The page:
The president-elect's chief of staff, Rahm Emanuel, failed to show up as expected at the Chicago presidential transition offices.
Reporters, who had wanted to ask questions about contacts with Illinois Gov. Rod Blagojevich, immediately set out on a search for him but to no avail.
According to an unsubstantiated report, a MSBBC News cameraman was in the Green Room and saw Emanuel double dipping the meatballs into the sweet and sour sauce. After a few rounds, he thought the congressman looked a bit pekid.
He even imagined that he heard the Obama appointee mumble, “Why, why, why?”
In the mean time, reporters have supposedly decided to launch a “Where’s Rahmbo?” Web site in hopes of spreading the word about Emanuel’s sudden exit from the public stage.
As an additional effort, Emanuel’s picture will purportedly appear on milk cartons in the greater Chicago and D.C. vicinities.
The public is being encouraged to help locate Emanuel, too.
A toll-free number has been set up. Anyone who knows anything about the whereabouts of the president-elect’s chief of staff is being asked to call 1-800-0-CHANGE.
Elton John Loses in Court
In an intriguing real-life case, legendary rocker Elton John was recently involved in a lawsuit and ended up on the losing side.
It all happened in a British court. John lost a case that put free expression and journalism in the spotlight.
Justice Tugendhat’s precedent setting U.K. ruling concluded that “irony” and “teasing” are not sufficiently defamatory for a lawsuit.
The star must pay the defendant’s costs, which in this case are those of the U.K. Guardian. He was also denied permission to appeal.
The decision should provide comfort for British writers of parody, satire and humor.
John brought the lawsuit after an article titled “A peek at the diary of Sir Elton John” was published in the Guardian Weekend magazine. The piece purported to quote John’s diary “entries” about his annual White Tie and Tiara Ball, which, incidentally, raises millions for the Elton John Aids Foundation.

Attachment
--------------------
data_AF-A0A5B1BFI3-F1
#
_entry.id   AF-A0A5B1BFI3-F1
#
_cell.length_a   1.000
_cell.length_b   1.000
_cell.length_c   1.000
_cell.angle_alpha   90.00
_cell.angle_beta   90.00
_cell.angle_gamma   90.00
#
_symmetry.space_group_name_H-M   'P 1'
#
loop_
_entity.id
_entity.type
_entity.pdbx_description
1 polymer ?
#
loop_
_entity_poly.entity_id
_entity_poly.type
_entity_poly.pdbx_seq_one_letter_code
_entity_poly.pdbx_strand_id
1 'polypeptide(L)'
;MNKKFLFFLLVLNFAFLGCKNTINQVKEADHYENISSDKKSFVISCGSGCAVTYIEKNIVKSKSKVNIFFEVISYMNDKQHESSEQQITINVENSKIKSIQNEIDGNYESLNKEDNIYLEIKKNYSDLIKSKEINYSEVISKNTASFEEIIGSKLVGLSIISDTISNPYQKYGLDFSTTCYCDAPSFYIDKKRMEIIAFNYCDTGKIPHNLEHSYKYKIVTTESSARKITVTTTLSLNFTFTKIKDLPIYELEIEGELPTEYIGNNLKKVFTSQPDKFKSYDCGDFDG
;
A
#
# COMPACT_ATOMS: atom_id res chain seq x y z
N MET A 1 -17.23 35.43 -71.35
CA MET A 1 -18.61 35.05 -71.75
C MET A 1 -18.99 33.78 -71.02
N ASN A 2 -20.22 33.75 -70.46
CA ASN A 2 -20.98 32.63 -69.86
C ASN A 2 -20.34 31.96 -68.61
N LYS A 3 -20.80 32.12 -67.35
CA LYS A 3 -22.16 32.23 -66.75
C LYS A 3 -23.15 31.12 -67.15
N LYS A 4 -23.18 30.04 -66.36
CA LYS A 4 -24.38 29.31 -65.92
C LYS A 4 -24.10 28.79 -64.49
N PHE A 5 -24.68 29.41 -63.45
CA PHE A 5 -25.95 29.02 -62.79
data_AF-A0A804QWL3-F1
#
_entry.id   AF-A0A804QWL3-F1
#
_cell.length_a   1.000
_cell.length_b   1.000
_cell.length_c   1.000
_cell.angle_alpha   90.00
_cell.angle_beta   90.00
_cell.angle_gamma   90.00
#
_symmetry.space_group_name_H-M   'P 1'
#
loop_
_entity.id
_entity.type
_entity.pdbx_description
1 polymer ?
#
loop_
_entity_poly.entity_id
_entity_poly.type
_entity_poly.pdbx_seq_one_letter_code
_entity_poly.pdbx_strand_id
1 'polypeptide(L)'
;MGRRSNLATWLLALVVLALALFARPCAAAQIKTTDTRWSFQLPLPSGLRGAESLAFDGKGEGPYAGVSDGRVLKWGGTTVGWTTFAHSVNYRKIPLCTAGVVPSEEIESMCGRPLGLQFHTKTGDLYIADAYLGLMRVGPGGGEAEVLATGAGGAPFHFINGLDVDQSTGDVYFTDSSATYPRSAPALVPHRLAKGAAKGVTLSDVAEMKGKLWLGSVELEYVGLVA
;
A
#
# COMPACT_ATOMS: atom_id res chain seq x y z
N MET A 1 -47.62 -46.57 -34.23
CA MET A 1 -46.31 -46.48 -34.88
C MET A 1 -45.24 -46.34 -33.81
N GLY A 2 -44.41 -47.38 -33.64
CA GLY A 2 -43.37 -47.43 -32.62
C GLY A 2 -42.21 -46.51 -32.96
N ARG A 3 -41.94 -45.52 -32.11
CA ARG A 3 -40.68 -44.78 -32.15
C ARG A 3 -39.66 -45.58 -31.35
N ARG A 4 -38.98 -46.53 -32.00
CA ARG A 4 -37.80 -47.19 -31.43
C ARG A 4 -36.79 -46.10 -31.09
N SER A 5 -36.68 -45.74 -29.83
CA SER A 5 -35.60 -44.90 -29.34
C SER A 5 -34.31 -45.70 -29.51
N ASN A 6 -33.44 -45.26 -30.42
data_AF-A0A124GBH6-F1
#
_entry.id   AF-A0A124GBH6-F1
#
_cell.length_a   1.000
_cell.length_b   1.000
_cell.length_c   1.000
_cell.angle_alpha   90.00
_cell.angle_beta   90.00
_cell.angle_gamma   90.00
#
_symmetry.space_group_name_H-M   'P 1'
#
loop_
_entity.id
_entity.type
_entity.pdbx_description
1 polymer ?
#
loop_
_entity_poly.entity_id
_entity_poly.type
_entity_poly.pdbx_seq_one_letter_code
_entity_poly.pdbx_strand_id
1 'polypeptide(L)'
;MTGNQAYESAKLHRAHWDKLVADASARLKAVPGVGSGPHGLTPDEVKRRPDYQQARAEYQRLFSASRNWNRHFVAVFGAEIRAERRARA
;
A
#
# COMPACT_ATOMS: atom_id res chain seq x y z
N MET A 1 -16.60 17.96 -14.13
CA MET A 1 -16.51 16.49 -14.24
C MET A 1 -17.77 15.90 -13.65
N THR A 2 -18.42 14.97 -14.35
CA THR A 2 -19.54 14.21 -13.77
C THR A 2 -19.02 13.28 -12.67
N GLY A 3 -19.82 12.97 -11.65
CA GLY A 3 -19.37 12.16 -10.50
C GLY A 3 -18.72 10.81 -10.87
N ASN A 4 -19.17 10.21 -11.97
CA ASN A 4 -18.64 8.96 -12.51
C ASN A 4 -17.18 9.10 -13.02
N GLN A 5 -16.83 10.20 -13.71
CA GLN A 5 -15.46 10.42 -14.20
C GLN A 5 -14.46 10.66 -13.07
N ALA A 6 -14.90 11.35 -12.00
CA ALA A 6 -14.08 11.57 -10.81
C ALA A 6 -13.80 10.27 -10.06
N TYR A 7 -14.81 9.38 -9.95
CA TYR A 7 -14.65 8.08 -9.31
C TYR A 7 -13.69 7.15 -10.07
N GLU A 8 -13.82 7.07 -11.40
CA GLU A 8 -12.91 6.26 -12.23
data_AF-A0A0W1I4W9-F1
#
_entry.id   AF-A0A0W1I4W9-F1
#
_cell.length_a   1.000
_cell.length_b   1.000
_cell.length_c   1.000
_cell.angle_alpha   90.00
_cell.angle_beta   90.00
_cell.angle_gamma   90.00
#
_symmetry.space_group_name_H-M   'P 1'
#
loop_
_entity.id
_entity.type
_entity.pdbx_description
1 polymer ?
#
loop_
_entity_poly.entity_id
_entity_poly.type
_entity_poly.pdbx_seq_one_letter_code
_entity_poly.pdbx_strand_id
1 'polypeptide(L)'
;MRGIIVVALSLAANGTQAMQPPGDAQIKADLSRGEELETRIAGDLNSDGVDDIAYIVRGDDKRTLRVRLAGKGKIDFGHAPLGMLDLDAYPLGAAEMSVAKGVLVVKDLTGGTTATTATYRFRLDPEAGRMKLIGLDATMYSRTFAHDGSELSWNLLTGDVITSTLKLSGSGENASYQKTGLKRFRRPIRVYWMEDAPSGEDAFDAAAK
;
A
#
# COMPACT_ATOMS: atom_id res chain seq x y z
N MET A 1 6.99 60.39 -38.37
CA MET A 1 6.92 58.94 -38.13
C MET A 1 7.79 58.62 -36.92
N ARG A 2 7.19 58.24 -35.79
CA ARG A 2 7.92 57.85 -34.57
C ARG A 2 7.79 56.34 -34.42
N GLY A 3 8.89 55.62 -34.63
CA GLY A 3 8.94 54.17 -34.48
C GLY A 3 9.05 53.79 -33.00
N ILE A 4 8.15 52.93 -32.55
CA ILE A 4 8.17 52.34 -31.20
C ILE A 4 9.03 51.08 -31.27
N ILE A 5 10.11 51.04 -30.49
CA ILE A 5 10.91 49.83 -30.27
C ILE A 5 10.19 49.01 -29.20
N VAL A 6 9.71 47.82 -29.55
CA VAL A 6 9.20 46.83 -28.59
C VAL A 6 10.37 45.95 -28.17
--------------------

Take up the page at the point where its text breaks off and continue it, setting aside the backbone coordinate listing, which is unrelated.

“Naturally, everyone could afford just to hand over the money if they gave that much of a toss about Aids research — as could the sponsors,” the faux entry read, “but we like to give guests a preposterously lavish evening because they're the kind of people who wouldn't turn up for anything less.”
John was miffed and claimed the article made him look insincere about his own charity and made it appear as though he uses the event “as an occasion for meeting celebrities and/or self-promotion.”
The Guardian’s lawyers took the position that no reasonable reader would have believed the words were meant to be taken seriously.
The judge referred to “irony” as “a figure of speech in which the intended meaning is the opposite of that expressed by the words used.”
“The attribution is literally false but no reasonable reader could be misled by it,” the judge wrote.
Unreliable sources indicate that the judge was not in any way swayed by the plaintiff’s lawyer’s bejeweled eyeshades and feather boa.
James Hirsen, J.D., M.A. in media psychology, is a media analyst, teacher of mass media and entertainment law at Biola University and professor at Trinity Law School. Visit: Newsmax TV Hollywood: http://www.youtube.com/user/NMHollywood.
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